Do you perceive me? Parzival: a book of love

By Andre Bartoniczek, February 2015

When the Arthurian knight Gawan confesses to the beautiful and powerful Orgeluse how happy he is when he sees her she responds: “That’s as may be. As if I needed to know that.” And: “It is time for you to ride on.” Similarly charming later on: “Welcome, you goose! Never has a man been the bearer of so much stupidity as yourself. May God throw you off your horse!” [more]

Love evil well

By Christiane Haid, February 2015

Even as children we learn about good and evil. The measure for that is set to begin with by the adults when they say what is and is not allowed. The question of good and evil initially comes to us from the outside in order then to awaken within us. [more]

Live and let live

By Lorenzo Ravagli, February 2015

It was a pithy maxim which the 32-year-old Rudolf Steiner came up with for free spirits. “Live and let live” it said. Twenty-five years later he extended this short formula and added “love” and “understanding”. [more]

Publisher's View

Finding the mysterious

By Henning Kullak-Ublick, February 2015

“The most beautiful thing we can experience,” Albert Einstein said, “is the mysterious.” He called it “the source of all true science and art”.  [more]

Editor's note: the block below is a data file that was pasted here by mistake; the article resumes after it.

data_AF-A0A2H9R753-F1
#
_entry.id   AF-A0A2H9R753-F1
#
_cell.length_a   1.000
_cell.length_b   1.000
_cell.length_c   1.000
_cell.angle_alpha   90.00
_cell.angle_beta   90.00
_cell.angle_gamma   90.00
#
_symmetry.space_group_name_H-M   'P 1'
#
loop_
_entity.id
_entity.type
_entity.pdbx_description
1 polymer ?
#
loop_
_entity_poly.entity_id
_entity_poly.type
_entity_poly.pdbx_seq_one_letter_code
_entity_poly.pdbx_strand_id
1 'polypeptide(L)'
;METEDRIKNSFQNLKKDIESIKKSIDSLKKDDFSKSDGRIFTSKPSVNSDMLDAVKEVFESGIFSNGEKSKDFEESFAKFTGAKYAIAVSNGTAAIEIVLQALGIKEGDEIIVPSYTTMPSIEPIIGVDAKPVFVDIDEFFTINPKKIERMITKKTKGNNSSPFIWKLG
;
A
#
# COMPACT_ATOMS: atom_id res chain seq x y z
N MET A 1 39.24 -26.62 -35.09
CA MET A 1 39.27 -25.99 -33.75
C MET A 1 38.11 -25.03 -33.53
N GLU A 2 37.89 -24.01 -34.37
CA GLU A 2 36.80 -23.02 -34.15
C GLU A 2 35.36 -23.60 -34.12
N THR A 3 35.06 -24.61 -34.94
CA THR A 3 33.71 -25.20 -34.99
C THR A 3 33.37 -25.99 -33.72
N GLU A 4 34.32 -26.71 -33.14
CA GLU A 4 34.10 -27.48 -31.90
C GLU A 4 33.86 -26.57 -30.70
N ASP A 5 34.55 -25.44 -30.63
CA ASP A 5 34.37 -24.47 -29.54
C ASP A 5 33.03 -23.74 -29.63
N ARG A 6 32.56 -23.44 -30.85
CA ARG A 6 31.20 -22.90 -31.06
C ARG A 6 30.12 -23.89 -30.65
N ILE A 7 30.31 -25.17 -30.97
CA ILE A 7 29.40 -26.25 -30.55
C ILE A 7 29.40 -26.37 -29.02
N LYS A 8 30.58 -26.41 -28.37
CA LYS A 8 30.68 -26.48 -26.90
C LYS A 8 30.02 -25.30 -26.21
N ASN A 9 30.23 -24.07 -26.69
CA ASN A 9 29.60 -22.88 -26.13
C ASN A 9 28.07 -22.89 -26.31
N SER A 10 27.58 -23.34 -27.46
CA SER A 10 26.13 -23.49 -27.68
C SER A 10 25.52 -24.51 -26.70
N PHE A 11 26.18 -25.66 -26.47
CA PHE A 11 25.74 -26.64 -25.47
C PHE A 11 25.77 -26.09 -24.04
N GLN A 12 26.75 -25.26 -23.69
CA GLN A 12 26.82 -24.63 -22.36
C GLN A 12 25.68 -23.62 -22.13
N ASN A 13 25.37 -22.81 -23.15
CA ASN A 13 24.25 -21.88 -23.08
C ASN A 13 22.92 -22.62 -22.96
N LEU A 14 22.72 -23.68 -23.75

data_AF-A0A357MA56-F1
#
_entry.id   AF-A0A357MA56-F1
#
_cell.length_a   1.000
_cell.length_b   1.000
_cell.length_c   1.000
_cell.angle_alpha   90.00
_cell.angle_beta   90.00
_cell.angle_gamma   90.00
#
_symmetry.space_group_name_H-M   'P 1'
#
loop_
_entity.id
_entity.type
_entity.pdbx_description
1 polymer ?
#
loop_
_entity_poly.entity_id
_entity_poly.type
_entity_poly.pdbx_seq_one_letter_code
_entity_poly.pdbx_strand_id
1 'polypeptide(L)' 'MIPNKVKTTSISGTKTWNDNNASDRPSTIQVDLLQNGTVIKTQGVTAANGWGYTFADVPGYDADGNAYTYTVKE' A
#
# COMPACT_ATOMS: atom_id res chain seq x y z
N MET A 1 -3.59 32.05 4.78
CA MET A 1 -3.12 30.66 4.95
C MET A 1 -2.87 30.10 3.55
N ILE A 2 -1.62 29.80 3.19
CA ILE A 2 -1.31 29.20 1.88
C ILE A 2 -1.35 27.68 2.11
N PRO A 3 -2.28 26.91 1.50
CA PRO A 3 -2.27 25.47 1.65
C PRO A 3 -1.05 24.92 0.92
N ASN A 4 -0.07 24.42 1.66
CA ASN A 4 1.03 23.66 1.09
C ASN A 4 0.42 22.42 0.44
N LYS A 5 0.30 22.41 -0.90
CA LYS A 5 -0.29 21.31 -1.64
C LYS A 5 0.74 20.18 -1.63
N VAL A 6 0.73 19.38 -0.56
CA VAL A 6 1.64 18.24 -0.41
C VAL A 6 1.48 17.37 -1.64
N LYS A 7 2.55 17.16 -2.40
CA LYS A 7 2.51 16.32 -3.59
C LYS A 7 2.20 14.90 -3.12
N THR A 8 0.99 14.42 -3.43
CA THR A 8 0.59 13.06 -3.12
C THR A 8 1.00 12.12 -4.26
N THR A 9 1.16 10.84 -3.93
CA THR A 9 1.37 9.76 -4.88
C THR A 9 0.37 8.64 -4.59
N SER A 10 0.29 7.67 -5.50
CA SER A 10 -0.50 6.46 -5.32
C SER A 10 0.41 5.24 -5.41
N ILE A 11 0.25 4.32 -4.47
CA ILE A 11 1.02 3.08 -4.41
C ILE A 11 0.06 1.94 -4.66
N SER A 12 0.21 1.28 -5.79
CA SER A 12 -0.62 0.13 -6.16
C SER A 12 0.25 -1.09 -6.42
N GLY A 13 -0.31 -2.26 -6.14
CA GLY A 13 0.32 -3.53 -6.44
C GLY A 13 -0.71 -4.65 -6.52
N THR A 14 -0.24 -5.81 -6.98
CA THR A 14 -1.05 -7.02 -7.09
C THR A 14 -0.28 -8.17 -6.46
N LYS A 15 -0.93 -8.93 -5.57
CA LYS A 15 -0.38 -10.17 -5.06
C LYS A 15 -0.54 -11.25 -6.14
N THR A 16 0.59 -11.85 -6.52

Early childhood

The seven life processes. Foundations of learning

By Philipp Gelitz, February 2015

How are the life functions such as breathing or nutrition connected with attentiveness or interest? Learning in school is based on physical prerequisites. Some comments on a central thought of Waldorf education. [more]

Young writers

Change your ways! An appeal to the Waldorf school

By Friederike Faber, February 2015

“This is necessary to prepare you for later life!” – how often have I heard this argument at the end of every discussion. How often have I allowed myself to be persuaded by this standard response from almost every teacher. [more]


Love is

By Mathias Maurer, February 2015

“What a stupid idea!” Everyone has heard those words or a variation on them, or has used them themselves: teachers, parents, young people ... For someone else’s ideas can really be quite annoying. [more]